We decided to bypass the main sea park island (Warderick Wells) because we now have a deadline. Mark flies back to Colorado at the end of the month and we have to get south to George Town, on Great Exuma Island. However, we can still have a few days in the Central Exuma area.
The only word Angie could think of for THIS move was “violent” due to the hull slam again. It was a long day and finding a good anchorage seemed a task as sunset was moving in. At Pipe Creek, there were other boats in the area already that we had picked out. When we were setting anchor, pointed into the wind, the boat was swinging around due to the current. The boat was not behaving like it normally does while anchoring and Angie did not feel comfortable with all of the other issues. There were boats very close on one side, very shallow areas surrounding us, and hard rock/land very close as well. Putting out 65 feet of chain was going to make us swing very close to those. If we dragged, it was not going to be pretty, any way we went. So, we up anchored and tried our hand at Big Majors Cay.
The first anchor drop at Big Majors did not go well either. Again, Angie vetoed that spot, and Mark was not too happy. First, there were over 60 boats in the anchorage. Mark picked a spot to drop anchor right in the middle of it all, and next to a boat that, well, had an “au natural” man hanging out on it, which Mark failed to notice. Also, winds were supposed to pick up and due to the close proximity of the other boats, we were going with a much shorter scope (40 feet) on the anchor chain. Usually, you want to put out more than normal for heavy winds. (Normal for us is usually 65 feet.) We finally settled at the back of the “pack” and at least got the anchor down before sunset. However, we were too far away from the protection of the land masses and the boat rocked and slapped with the waves and current.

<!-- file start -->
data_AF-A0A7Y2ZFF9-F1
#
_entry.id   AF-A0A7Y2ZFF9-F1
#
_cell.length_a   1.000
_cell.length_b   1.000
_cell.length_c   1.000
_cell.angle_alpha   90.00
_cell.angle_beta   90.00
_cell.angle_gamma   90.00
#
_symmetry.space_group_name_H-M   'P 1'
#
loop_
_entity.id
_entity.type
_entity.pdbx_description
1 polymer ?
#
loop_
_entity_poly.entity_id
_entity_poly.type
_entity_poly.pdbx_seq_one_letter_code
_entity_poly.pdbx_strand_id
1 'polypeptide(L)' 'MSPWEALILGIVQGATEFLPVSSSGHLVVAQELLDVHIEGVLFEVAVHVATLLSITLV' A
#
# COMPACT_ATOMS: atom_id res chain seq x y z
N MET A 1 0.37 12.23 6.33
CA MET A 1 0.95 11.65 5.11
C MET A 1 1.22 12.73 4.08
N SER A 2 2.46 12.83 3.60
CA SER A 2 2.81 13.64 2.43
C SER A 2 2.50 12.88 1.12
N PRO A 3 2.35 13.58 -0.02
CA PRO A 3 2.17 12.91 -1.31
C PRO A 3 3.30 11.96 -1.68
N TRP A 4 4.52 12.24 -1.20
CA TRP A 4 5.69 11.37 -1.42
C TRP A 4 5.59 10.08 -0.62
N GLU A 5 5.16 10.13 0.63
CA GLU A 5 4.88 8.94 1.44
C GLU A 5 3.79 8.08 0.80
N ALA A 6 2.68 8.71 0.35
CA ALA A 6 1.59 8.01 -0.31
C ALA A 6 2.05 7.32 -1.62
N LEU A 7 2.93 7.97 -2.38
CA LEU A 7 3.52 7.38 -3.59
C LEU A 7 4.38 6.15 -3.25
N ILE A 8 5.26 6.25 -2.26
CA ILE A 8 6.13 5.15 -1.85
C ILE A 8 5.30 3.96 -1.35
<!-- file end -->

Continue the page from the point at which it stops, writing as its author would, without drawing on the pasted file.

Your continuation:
While the winds escalated above 25 knots, we did boat work (Angie was cooking up a storm in the galley) and we watched the activities going on in the anchorage from afar. This is the anchorage with the official “swimming pig” beach. There is also another beach that has a structure and campfire ring on it that the cruisers have set up, to watch the sunsets. Also, dinghies were zipping back and forth over to Staniel Cay. There is a cave/grotto there where a James Bond movie was filmed that is supposed to have spectacular fish viewing. There are numerous HUGE pleasure cruising boats around as well as a gazillion tourists cycling through the pig beach. Oh, and party boats full of college kids.
After a couple of days, some boats cleared out and we moved closer to get out of the surge, and had a jet prop sea plane land infront of us, to offload 8 people onto the pig beach.
We did all of the touristy stuff (The grotto is definitely worth the wait for all of the tourists to exit and go in by yourselves) and we saw the Green Flash from the cruisers beach (Angie’s forced socialization for the week, to hang out with strangers and try to be sociable. She is not one to just go up to a stranger and start conversations, so Mark helps her with this.)
The pigs are picky as far as the food that they will eat. It seems they prefer lobster and not the cabbage that Angie brought.
We also drift snorkeled the cut North of Big Major. Not as good as Shroud, but still decent, and we had a shark hang out around our boat at dusk one night. We had an interesting trip depositing our trash at the local landfill. We first went to deposit it at Staniel Yacht club and they wanted $12 per bag. So, we motored down to the abandoned thunderball marina, beached the dinghy, and walked across the street the land fill. We also had a wonderful lobster and rib bbq meal at Staniel Cay’s park, while checking out the local grocery stores in town.
Also, of great importance is the fact that Angie finally figured out how to make the Monkey Fist knot, and Nice Kitty has a new play toy.